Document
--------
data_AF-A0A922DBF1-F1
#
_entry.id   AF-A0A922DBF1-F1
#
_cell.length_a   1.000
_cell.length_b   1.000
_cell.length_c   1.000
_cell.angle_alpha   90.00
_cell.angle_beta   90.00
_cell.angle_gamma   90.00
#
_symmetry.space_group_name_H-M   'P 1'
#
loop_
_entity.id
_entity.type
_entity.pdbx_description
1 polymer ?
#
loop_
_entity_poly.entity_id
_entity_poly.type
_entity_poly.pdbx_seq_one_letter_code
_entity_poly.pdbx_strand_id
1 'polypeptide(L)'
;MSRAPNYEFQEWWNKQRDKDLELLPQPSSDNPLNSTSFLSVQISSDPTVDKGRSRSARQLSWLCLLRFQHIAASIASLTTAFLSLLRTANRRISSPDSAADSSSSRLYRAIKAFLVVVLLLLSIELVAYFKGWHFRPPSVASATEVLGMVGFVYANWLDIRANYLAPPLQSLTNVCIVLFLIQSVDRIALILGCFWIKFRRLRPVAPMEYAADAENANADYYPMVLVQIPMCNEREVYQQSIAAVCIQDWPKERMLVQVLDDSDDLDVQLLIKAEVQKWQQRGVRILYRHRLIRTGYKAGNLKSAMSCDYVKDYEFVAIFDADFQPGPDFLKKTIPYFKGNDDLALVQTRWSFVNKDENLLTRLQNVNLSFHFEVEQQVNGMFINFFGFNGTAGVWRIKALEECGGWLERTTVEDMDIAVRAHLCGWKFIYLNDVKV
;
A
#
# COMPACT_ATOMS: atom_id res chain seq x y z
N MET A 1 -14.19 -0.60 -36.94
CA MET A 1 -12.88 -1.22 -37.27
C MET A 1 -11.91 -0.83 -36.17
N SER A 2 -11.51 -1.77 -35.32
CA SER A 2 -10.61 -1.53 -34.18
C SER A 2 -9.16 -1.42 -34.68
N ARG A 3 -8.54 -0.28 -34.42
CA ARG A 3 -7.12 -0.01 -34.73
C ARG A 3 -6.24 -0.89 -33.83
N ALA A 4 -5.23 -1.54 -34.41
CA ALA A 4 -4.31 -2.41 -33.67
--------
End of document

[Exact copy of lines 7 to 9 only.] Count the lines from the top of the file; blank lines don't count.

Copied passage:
_cell.length_c   1.000
_cell.angle_alpha   90.00
_cell.angle_beta   90.00